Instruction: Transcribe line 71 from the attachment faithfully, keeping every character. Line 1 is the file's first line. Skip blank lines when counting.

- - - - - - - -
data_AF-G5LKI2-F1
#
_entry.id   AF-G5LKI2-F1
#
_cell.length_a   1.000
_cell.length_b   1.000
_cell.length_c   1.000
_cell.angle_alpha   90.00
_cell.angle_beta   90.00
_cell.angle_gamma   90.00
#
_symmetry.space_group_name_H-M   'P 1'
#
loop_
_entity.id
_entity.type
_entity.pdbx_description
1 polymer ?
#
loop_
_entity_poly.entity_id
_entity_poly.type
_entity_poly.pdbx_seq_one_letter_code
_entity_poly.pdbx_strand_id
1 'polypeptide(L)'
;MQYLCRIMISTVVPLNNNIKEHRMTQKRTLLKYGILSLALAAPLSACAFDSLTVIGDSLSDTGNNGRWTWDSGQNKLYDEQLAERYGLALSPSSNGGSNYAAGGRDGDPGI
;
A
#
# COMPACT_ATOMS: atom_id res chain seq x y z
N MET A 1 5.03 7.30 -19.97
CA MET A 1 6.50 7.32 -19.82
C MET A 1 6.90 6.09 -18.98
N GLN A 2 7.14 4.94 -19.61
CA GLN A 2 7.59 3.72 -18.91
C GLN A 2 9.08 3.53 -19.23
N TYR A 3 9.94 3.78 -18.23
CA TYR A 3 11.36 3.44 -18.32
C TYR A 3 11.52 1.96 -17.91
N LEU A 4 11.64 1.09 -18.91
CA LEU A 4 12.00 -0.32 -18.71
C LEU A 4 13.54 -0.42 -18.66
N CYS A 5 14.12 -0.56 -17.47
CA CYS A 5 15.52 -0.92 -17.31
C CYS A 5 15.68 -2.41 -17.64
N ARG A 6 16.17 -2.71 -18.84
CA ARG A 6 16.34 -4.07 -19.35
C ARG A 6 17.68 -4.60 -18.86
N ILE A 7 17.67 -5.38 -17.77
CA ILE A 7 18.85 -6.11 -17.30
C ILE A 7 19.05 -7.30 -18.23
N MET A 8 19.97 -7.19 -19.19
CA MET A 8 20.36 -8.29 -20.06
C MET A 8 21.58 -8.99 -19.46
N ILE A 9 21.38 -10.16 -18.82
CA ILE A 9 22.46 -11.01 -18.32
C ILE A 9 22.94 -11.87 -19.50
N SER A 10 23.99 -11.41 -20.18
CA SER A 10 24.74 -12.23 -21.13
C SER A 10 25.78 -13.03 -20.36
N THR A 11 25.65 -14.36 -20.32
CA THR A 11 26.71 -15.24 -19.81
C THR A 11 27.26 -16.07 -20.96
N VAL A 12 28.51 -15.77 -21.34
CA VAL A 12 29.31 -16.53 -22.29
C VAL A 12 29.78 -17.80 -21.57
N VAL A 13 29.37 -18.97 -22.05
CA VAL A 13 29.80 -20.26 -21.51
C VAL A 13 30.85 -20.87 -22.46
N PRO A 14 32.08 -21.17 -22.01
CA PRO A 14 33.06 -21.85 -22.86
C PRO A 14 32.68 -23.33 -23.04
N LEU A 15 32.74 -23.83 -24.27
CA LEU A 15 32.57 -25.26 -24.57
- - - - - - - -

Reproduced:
CA PRO A 14 33.06 -21.85 -22.86